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Old 05-02-2021, 09:01 PM   #6
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You could try Ye Olde Newcomen Engyn approach and feed it full of steam and then spritz some cold water in. Might go too far the other way but at least you could get it out then.
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Old 05-02-2021, 09:47 PM   #7
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Thanks all - too many individual comments to address...well, individually...so let me try to get them all here.

This happened before we bought the bus. I knew the tank was puffed and planned to address it later...which is now.

The black and grey tanks were also not vented. Yuck.

The split seam is a small crack, about a 1/4 maybe? Unfortunately, it's right at the bottom on a corner and I can't get in there to weld it. If it weren't for that small leak, I'd just leave the tank as is and relish the extra volume s2mikon pointed out!

The crack/leak is small enough I think I can pull a vacuum okay. I have two large lab surplus vacuum pumps, so I can do better than the little A/C system pumps. We shall see, though.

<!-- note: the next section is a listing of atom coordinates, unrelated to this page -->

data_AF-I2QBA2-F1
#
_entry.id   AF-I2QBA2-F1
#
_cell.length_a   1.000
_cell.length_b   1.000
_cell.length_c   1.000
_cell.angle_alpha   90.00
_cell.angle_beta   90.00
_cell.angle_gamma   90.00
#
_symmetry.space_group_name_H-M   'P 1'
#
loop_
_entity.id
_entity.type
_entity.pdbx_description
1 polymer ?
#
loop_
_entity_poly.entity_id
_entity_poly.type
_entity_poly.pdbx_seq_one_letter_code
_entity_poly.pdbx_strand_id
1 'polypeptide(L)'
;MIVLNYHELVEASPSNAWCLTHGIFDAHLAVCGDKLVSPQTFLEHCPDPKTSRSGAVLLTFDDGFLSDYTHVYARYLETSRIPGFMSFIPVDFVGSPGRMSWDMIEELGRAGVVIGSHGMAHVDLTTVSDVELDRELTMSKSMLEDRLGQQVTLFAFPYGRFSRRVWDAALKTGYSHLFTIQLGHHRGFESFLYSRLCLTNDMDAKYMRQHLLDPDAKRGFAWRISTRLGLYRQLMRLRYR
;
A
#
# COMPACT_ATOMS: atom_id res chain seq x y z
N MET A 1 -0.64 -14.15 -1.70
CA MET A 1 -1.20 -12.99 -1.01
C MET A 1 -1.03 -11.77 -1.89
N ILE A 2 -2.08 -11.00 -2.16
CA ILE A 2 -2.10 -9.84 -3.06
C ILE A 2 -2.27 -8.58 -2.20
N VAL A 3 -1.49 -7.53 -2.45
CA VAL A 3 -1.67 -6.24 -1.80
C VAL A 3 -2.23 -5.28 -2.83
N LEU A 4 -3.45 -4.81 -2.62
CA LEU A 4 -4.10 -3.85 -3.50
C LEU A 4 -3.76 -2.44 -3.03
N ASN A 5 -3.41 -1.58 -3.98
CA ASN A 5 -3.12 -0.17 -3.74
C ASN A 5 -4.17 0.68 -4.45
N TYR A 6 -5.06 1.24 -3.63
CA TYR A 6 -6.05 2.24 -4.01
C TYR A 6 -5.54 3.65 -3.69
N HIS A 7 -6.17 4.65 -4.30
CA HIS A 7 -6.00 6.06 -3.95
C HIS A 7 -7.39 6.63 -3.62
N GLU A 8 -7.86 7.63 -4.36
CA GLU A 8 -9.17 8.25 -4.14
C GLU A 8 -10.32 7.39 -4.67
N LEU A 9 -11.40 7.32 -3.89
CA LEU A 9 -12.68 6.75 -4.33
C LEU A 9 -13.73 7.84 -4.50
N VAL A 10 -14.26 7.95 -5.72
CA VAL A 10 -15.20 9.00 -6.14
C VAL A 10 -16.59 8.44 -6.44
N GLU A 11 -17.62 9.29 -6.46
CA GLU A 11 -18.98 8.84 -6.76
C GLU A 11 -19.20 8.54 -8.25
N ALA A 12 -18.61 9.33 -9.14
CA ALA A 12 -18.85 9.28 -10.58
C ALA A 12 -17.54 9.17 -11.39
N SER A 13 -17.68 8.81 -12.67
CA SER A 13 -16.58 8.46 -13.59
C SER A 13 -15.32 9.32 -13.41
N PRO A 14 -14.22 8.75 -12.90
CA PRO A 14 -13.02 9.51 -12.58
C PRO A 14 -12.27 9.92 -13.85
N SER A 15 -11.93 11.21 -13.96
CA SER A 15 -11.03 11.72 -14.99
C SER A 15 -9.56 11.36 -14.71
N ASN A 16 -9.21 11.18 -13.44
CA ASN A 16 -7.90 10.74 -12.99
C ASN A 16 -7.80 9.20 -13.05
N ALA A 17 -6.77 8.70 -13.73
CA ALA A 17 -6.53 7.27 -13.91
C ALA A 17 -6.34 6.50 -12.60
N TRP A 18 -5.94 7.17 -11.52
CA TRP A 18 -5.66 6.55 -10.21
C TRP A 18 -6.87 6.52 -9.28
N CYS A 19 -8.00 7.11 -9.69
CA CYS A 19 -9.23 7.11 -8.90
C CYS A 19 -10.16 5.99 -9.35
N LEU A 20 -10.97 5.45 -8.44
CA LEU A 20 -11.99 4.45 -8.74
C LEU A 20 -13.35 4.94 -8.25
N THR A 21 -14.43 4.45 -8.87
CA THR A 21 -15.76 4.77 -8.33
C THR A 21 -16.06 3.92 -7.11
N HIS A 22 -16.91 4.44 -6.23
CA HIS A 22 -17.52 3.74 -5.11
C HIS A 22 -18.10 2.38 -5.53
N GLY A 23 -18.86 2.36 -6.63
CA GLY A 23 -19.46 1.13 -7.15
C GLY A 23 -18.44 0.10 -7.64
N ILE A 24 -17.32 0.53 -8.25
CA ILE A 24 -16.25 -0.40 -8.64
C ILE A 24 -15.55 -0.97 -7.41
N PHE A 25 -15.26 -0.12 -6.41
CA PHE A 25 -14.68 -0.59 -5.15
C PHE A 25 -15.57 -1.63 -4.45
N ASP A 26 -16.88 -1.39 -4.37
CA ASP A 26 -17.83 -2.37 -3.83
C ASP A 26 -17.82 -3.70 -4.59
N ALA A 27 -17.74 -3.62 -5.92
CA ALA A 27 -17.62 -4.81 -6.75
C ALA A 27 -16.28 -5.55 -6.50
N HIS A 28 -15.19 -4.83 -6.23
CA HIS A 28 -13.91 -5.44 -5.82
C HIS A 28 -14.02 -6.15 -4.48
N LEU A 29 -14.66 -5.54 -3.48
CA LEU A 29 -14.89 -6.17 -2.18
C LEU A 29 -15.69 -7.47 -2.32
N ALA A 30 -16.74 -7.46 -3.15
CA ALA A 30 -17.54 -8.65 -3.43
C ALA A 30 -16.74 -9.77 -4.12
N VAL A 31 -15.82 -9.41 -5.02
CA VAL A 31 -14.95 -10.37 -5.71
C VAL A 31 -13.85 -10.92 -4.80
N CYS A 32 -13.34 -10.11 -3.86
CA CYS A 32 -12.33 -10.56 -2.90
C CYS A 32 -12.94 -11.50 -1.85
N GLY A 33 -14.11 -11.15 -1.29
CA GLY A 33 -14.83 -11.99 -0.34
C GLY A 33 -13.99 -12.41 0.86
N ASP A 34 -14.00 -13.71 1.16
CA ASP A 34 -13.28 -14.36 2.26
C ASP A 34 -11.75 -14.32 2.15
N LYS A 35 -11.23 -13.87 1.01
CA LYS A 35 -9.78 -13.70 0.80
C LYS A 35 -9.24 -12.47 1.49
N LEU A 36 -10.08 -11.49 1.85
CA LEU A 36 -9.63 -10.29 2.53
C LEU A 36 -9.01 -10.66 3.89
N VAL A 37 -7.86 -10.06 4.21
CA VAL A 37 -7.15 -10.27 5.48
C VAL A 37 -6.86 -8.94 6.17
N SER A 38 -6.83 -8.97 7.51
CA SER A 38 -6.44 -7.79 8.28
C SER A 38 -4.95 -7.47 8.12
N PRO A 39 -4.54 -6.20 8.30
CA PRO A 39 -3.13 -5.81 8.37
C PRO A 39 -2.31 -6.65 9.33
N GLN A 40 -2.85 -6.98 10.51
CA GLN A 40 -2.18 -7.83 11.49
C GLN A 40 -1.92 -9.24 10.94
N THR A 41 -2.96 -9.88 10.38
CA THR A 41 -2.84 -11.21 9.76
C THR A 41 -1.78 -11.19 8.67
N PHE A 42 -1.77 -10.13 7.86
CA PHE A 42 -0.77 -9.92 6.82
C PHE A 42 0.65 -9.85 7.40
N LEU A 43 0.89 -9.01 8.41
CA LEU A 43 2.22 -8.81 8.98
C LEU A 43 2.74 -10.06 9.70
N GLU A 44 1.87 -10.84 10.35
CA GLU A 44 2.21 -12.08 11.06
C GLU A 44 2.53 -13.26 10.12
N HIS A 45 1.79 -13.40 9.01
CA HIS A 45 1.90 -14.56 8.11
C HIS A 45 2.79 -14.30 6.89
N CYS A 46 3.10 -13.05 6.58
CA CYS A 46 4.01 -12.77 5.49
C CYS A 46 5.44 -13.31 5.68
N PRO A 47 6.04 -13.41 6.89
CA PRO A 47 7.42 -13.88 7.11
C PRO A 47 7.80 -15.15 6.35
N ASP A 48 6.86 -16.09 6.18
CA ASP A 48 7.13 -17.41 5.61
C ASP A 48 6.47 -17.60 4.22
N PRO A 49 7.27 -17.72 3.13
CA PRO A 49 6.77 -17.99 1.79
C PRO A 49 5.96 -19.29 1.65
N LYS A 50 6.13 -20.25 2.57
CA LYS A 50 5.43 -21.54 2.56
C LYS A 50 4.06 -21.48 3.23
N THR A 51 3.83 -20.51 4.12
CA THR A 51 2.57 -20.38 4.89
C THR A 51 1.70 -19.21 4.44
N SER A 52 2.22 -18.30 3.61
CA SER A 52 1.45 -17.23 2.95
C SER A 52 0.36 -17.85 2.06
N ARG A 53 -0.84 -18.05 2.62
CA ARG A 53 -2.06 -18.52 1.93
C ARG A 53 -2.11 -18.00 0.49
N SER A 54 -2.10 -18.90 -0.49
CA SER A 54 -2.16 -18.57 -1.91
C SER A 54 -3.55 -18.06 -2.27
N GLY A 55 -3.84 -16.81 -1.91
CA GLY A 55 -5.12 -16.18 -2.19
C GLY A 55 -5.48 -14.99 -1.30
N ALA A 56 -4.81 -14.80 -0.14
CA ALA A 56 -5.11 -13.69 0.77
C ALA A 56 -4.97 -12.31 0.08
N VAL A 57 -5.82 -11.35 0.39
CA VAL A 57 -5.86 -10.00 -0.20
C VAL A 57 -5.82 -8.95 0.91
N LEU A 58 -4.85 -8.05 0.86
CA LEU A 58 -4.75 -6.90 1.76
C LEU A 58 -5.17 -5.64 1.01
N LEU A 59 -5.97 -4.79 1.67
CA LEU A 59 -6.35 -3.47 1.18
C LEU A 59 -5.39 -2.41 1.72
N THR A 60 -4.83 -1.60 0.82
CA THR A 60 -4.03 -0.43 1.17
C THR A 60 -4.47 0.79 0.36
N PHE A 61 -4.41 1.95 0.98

I like musigenesis' idea... poof...then poof!

I did replace, and vent, the other tanks and installed a Shurflo macerator pump. So, progress.
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Old 05-02-2021, 10:18 PM   #8
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When I saw the photos on my phone it wasn't clear how the tanks expanded, but yeah, that doesn't look good.

Just throwing this out there, if the vacuum trick doesn't work, and the steam/cold water doesn't, what about air bags to push at least one part of the top of the tank down enough to remove it??

I got the idea from watching them use air bags to remove dents in cars.
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Old 05-02-2021, 10:32 PM   #9
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Quote:
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When I saw the photos on my phone it wasn't clear how the tanks expanded, but yeah, that doesn't look good.
Yup...it blowed up nicely! If vacuum doesn't work, and rapid cooling fails, I'll probably resort to a BFH. But airbags might be an option.
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Old 05-02-2021, 11:19 PM   #10
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Quote:
Originally Posted by rossvtaylor View Post
The split seam is a small crack, about a 1/4 maybe? Unfortunately, it's right at the bottom on a corner and I can't get in there to weld it.